Earlier this week I had the pleasure of speaking with Sarah Birchall, founder and designer, of independent kidswear brand, Cub & Pudding. The brand offers gorgeous, unisex clothes for ages 0-8 years, and was launched by Sarah in April 2019 – initially as her side hustle. Motivated by the success the small business was having, Sarah made a staged approach, from firstly reducing her weekly hours at her day job to increase her time spent on Cub & Pudding, to now working for her business full time.
With LOMIE being our side hustle, it was great to have a chance to chat with Sarah about her experience thus far, pick her brains about various things, converse about the highs and lows of small business life and discuss the impact of COVID-19. What I found particularly rewarding and heart-warming about the discussion, was the opportunity it gave Sarah to reflect on her successes and all that she’s achieved to date – something you don’t get the chance to do when you’re so involved in the day to day!
You can read more from our conversation below:
Tell me about the inspiration behind Cub & Pudding and your brand ethos?
It all came about from my own shopping meandering, and trying to find clothes that I wanted to dress my eldest son in. I’d always chosen to dress him in lots of prints and leggings rather than the blander boys’ options. He’d gotten a bit of a reputation amongst my friends for his leggings collection – and I rather enjoyed the attention on his behalf. I found that my favourite go-to brands were all European-based, so I thought why not have a go designing for him, and his little sister, myself?
Our ethos as a brand is to create season-less collections. I want to distance from the pressure to buy and sell new as the fashion calendar dictates and have designed wares that can be layered up or down throughout the year as the weather changes - also promoting a more sustainable way of clothes-buying.
What does your typical workday look like for you now that you’re committed to the business full time?
A typical day varies - I divide my time between the studio I share with my husband and friend, a mile from my house, and home. I tend to come into the studio to pack orders and get my head down replying to emails and working on marketing tasks, whereas at home you’ll more likely find me on a Facebook Live, with a business coach or watching a business seminar.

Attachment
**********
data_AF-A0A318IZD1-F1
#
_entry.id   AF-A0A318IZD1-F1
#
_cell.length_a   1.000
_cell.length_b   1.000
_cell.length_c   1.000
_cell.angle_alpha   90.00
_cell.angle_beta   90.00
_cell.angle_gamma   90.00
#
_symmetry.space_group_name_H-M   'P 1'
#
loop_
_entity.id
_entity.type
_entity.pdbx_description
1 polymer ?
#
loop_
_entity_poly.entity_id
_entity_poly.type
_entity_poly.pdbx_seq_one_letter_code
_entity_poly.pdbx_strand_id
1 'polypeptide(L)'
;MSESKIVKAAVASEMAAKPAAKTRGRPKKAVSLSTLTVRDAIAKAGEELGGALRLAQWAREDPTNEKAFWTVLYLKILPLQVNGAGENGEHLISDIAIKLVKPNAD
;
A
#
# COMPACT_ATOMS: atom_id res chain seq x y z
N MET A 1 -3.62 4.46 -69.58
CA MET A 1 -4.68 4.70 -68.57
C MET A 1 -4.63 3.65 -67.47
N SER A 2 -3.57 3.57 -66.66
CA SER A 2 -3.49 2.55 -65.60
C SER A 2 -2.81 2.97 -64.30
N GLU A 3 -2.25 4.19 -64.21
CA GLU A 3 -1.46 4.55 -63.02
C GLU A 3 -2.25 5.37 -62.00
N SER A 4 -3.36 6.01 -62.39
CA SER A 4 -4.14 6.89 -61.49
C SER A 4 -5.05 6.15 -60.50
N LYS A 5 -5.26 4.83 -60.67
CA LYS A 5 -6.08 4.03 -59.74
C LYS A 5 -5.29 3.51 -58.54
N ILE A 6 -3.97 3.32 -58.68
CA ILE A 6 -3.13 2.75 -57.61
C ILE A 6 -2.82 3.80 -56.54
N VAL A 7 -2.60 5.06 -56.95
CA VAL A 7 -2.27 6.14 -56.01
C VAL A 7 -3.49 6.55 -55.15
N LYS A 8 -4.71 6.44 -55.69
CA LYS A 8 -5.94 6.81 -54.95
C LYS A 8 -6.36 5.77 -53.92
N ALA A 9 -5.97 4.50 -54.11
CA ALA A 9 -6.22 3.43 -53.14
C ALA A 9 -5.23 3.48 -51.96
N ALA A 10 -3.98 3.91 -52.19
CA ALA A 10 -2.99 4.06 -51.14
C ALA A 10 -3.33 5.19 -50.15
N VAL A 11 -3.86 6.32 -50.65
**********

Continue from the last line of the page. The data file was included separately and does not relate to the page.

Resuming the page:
Tell me about your supply chain and production. How does ethics and sustainability come into play when you’re designing the line and running your business?
I produce in a small female-run family business in Porto, Portugal and work with an agent who is my eyes and ears on the ground over there. The fabric is sourced in Portugal and printed and produced in the factory. Visiting the production hub was important for me to ensure I could truthfully tell my customers where their clothes were made. I was last there in October and there’s a genuinely upbeat vibe in the factory. They close sharp at 1pm for lunch - literally down tools and head out to eat. There’s a lot of family connections there too, the owner’s brother works on the digital grading and also a lot of men working on the sewing machines. I rather like the reversal of stereotypical roles.
What is a particular highlight you’ve had from running your business? What are you most proud of?
I had a launch party a month after going live. It was such a heart-warming sight to see my friends and a lot of new faces that I’d become close to since starting the business, all come out to support and celebrate with me. It had been a miserable day, but the sun came out that evening and spirits were really high.
The biggest buzz I’ve had so far are from two celebrity shares - Dawn o’Porter and Fearne Cotton. Both are known for infrequently sharing images of their children on social media, so to be part of their wardrobe when they did, was hugely satisfying.
Has COVID-19 impacted on your business and your way of working at all?
So far so good! If anything, sales have picked up as I think people are really rallying round to support small businesses during this tricky time. I’m wary of what may happen if the Post Offices shut, but I feel lucky that I can function with normality as an online business with stock already in my hands.
What does the future hold for C&P?
New products, collaborations, tenacity!
What’s one piece of advice that you’d give for other mothers who are tempted to start their own business?
Research, research. Make sure it’s something that is going to make you happy in the long-term and accept that 50% of your reality will be the dream and 50% will be the less sexy parts of business life that can sometimes be daunting (accounting, tech issues. SEO knowledge, copyright). If you still feel empowered, then go for it. Life is short and you can do anything if you put your mind to it.